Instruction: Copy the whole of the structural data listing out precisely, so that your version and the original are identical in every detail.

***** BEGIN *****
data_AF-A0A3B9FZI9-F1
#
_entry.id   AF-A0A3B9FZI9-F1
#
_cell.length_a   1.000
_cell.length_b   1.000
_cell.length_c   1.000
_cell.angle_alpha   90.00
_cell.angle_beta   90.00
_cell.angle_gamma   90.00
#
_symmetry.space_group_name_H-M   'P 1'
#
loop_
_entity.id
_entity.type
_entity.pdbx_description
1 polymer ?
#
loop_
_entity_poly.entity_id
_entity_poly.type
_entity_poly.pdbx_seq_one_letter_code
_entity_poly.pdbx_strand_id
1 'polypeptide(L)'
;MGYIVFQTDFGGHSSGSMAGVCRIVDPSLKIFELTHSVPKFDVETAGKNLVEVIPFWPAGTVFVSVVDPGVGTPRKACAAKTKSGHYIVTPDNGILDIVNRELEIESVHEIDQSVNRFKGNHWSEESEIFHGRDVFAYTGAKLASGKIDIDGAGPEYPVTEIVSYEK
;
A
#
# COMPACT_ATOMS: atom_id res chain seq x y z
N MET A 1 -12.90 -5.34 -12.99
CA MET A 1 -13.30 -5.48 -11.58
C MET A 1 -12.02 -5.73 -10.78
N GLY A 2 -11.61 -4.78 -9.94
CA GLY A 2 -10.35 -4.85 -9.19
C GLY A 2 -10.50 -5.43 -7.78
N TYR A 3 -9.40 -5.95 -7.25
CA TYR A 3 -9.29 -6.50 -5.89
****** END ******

data_AF-A0A3B9FZI9-F1
#
_entry.id   AF-A0A3B9FZI9-F1
#
_cell.length_a   1.000
_cell.length_b   1.000
_cell.length_c   1.000
_cell.angle_alpha   90.00
_cell.angle_beta   90.00
_cell.angle_gamma   90.00
#
_symmetry.space_group_name_H-M   'P 1'
#
loop_
_entity.id
_entity.type
_entity.pdbx_description
1 polymer ?
#
loop_
_entity_poly.entity_id
_entity_poly.type
_entity_poly.pdbx_seq_one_letter_code
_entity_poly.pdbx_strand_id
1 'polypeptide(L)'
;MGYIVFQTDFGGHSSGSMAGVCRIVDPSLKIFELTHSVPKFDVETAGKNLVEVIPFWPAGTVFVSVVDPGVGTPRKACAAKTKSGHYIVTPDNGILDIVNRELEIESVHEIDQSVNRFKGNHWSEESEIFHGRDVFAYTGAKLASGKIDIDGAGPEYPVTEIVSYEK
;
A
#
# COMPACT_ATOMS: atom_id res chain seq x y z
N MET A 1 -12.90 -5.34 -12.99
CA MET A 1 -13.30 -5.48 -11.58
C MET A 1 -12.02 -5.73 -10.78
N GLY A 2 -11.61 -4.78 -9.94
CA GLY A 2 -10.35 -4.85 -9.19
C GLY A 2 -10.50 -5.43 -7.78
N TYR A 3 -9.40 -5.95 -7.25
CA TYR A 3 -9.29 -6.50 -5.89